2. GLUTES // RAD Rounds

Method - Lie flat on the floor, raise your hips so your glutes are off the floor and place the Rad Round beneath the tender or tight spots in your glutes, allow your full body weight to ease onto the the round, allowing it break down the knots and high areas, hold on a spot you feel needs release while controlling your breathing pattern while relaxing for 30 seconds and move onto the next tight area until you have covered all the areas and feel sufficient relief. Or if you need to go deeper sit on the round placing it to the outside of the glute and gently allow your body weight to sink into it gently rocking back and forth on the target area.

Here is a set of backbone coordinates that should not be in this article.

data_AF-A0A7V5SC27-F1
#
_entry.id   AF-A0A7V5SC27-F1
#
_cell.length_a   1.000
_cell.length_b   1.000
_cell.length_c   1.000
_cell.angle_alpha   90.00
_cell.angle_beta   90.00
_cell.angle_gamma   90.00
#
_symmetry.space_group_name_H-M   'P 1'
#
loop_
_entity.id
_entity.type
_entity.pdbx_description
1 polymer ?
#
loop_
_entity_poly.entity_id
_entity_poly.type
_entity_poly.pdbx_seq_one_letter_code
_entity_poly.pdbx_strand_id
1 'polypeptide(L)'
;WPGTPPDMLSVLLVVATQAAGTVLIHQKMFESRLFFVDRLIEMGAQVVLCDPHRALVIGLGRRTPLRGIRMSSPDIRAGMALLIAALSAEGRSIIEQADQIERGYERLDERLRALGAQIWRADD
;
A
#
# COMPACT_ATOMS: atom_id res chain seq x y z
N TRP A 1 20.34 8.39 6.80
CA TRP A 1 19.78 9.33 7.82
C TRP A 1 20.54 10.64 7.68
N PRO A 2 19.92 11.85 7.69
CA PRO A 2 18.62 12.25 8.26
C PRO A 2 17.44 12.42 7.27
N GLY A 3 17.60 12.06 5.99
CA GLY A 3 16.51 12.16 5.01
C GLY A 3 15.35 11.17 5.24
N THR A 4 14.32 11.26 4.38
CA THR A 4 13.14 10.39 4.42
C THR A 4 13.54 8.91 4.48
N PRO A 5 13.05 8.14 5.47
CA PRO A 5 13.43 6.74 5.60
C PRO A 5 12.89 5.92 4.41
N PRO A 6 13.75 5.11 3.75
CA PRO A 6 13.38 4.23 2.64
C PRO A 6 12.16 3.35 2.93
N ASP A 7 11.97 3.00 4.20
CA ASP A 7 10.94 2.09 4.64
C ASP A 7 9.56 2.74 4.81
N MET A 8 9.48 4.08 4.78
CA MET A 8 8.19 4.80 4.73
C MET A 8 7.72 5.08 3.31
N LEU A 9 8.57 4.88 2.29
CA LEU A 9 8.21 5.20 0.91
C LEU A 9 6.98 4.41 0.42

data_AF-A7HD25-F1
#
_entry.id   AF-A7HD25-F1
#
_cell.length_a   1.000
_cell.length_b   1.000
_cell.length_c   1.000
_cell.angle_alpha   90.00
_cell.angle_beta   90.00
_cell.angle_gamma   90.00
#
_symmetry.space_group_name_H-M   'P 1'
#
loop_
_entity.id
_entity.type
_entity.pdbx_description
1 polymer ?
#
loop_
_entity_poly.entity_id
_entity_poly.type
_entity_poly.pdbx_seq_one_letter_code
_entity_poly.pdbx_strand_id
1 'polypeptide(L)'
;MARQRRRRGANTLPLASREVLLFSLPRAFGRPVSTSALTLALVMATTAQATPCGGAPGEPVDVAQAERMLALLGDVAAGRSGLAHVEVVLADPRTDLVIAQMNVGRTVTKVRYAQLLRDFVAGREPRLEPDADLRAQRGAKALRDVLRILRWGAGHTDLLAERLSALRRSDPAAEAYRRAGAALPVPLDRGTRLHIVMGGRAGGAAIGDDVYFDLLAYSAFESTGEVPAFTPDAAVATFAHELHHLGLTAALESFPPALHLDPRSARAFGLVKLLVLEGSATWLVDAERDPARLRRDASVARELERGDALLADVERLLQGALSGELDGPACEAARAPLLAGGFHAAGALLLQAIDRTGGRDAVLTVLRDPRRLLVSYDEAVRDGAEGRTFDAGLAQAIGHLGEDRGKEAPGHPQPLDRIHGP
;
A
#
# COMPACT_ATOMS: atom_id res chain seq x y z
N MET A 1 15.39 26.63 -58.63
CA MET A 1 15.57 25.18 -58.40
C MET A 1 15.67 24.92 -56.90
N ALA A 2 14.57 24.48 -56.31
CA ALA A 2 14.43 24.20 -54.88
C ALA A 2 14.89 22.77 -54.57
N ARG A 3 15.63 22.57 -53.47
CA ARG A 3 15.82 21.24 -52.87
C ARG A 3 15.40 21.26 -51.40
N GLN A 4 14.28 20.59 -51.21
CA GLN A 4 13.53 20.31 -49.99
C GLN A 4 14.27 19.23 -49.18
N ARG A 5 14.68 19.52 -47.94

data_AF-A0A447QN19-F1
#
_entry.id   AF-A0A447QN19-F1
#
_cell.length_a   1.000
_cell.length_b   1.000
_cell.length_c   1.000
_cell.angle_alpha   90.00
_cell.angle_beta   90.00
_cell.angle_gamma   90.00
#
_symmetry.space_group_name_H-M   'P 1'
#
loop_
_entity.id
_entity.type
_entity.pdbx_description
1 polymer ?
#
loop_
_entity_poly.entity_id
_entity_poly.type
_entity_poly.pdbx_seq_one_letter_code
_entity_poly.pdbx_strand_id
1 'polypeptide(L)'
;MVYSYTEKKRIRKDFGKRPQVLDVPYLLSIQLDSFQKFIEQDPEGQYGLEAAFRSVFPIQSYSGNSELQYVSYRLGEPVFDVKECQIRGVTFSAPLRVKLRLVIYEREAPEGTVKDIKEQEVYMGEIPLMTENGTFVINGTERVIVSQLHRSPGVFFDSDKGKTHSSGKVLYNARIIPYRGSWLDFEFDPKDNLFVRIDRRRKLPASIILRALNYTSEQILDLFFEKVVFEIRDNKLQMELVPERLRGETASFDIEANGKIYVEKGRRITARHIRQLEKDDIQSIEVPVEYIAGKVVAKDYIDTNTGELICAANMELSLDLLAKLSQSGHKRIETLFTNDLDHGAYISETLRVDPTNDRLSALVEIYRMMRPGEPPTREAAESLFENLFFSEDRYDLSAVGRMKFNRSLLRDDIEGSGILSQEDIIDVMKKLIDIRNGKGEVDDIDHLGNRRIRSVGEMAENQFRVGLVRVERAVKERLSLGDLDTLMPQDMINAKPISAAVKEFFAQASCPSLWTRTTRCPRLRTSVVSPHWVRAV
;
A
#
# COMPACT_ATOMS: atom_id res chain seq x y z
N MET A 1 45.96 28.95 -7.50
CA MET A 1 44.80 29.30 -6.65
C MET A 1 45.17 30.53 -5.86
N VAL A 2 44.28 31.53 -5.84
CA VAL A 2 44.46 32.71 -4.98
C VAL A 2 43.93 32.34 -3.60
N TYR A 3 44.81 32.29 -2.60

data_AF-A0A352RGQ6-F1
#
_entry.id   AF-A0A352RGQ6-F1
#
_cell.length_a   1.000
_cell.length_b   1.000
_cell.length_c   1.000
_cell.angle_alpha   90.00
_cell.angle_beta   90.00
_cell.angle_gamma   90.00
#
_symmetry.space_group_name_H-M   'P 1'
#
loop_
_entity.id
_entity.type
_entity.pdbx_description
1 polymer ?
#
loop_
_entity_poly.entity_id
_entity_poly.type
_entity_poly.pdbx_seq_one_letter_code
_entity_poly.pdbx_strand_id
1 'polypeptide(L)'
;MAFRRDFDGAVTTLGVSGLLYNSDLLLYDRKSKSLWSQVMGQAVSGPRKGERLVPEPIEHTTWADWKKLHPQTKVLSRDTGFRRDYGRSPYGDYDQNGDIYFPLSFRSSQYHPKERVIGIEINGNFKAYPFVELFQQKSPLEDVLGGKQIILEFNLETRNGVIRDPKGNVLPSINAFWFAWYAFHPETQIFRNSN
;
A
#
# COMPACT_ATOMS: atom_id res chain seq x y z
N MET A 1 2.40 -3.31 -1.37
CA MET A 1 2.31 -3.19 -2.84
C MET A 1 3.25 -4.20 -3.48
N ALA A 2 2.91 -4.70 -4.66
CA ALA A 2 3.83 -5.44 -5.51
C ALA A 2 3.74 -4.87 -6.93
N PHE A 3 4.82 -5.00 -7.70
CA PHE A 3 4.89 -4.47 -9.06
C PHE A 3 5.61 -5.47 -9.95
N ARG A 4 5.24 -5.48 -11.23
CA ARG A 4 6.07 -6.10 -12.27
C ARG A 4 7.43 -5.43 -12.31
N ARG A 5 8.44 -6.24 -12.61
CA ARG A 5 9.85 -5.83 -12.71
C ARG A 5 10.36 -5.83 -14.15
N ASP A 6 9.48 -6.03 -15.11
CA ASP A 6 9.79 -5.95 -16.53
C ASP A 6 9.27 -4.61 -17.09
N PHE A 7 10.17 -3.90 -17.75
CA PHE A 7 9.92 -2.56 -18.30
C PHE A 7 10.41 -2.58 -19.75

3. HAMSTRINGS // RAD Roller

Method - Whether you are at your desk at work or catching on emails this little trick works wonders, place the RAD Roller under the top of your hamstring and gently sink your weight right down on top of it as you sit on your chair as you sit at a 90 degree angle. Gently rock back and forth as you allow your weight to press down into the tight spots then move your RAD Roller little further down the hamstring, work through the hamstring in small movements up and down, for additional relief one you feel the muscles more supple try extending your lower leg fully as you let your weight press down on the RAD roller to help stretch the fascia. If you feel too tight wait until you feel more relief to try this.

4. HIP FLEXORS (Psoas + Iliacus) // RAD Rod